Professor Jacqueline Bortiatynski has been selected for the 2019 George W. Atherton Award for Excellence in Teaching This University-Level award recognizes excellence in teaching at the undergraduate level.  Jackie has made many contributions to teaching at the University level, especially in establishing and directing the Center for Excellence in Science Education (CESE), which benefits all of us in Chemistry, and in co-developed the Learning Assistant (LA) program, which trains our undergraduates to facilitate learning in the classroom.  Please join me in thanking Jackie for her invaluable contributions to education and in congratulating her on this well-deserved recognition.

Department of Chemistry Welcomes Stephanie Hill

Department of Chemistry Welcomes Stephanie Hill

The Department of Chemistry is pleased to welcome Stephanie Hill as the department’s new Graduate Program Assistant. She holds a degree in administration, management,  and marketing. Hill will be assisting Crista Spratt in coordinating all programs. She will serve as the point of contact for students within the graduate program and will make sure that each student has the tools to meet all the requirements to graduate with their desired degree.


Hill is a native of Centre County. In her free time, she enjoys knitting, painting, hiking, and spending time with her family— her husband, 7-year-old daughter, Lotti, and dog, Mogi.

 

Join us in welcoming Stephanie Hill to the Department of Chemistry!

 

Maria Landschoot

Communications Coordinator

Department of Chemistry

Penn State University

Current Student Profile: Santina Cruz

Current Student Profile: Santina Cruz

Santina Cruz grew up listening to her older cousins—both Penn State alums—talking about how much they loved their school. So, when it was time to apply to graduate school she decided to research at Penn State’s chemistry program. When she learned that Penn State had one of the top graduate programs for research in chemistry in the country, she knew she had to apply.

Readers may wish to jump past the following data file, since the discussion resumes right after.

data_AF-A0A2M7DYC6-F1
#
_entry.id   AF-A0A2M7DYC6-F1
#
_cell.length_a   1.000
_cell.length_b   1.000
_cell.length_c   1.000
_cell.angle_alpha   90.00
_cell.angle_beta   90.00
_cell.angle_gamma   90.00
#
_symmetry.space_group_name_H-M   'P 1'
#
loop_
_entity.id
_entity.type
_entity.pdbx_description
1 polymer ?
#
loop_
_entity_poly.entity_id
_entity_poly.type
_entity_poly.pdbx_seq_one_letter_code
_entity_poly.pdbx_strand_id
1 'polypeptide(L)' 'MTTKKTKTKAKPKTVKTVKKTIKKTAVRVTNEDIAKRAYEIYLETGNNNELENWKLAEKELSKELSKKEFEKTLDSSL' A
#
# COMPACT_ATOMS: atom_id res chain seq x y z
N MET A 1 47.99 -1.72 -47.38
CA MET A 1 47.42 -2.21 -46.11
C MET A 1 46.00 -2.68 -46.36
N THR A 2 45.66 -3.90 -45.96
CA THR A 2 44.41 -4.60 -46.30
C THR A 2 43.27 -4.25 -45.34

In the end, her choice came down to two schools. But, after visiting Penn State’s campus, she knew that it was the place for her. However, Cruz wasn’t just drawn to the University’s status as a top research school or it’s state-of-the-art facilities. The friendly, welcoming chemistry community at Penn State stood out to her, as did the State College community. “I could live a more comfortable life in State College,” Cruz explains, noting that the safety and affordability offered by the town were important considerations for her.


Cruz is now a Ph.D. student conducting research in Dr. Ben Lear’s lab. Her work focuses on changing the surface chemistry of metallic nanoparticles using a novel technique called conduction electron spin resonance. The group studies how these changes impact the electronic structure of the nanoparticles.


Although Cruz came to the Department of Chemistry in search of excellent research opportunities, she says that the department’s desire to constantly improve is what makes it special. “The department is very open to self-reflection.” Cruz explains, noting that the department is always open to suggestions from all members of the chemistry community. “There’s a commitment to making positive, impactful change,” she adds, “the department is always looking for ways to improve the climate for students and staff.”


This culture of inclusivity is particularly appealing to Cruz, who works hard to create positive change on campus. Outside of the lab, Cruz is active in the University community. She is currently serving her third year as the treasurer for Graduate Women in Science, an organization that works to build a global community to inspire, support, recognize, and empower women in science. Cruz is also the president of the Chemistry Graduate Student Association at Penn State. Additionally, she sits on the departmental Climate & Diversity Committee and organizes the Lion Lectures, which is a series of informal lectures that gives other grad students a chance to practice presenting a talk. She also mentors graduate and undergraduate students in Dr. Lear’s lab.


For her efforts to create a positive environment within the department and the University, Cruz was awarded the department’s Student Services Award in 2018, an achievement she is very proud of. Her advisor, Dr. Lear, nominated her for the award. He noted, “Santina exhibits a selfless and sustained commitment to improving the life of others...I truly believe she is an exceptional example of a good community citizen.”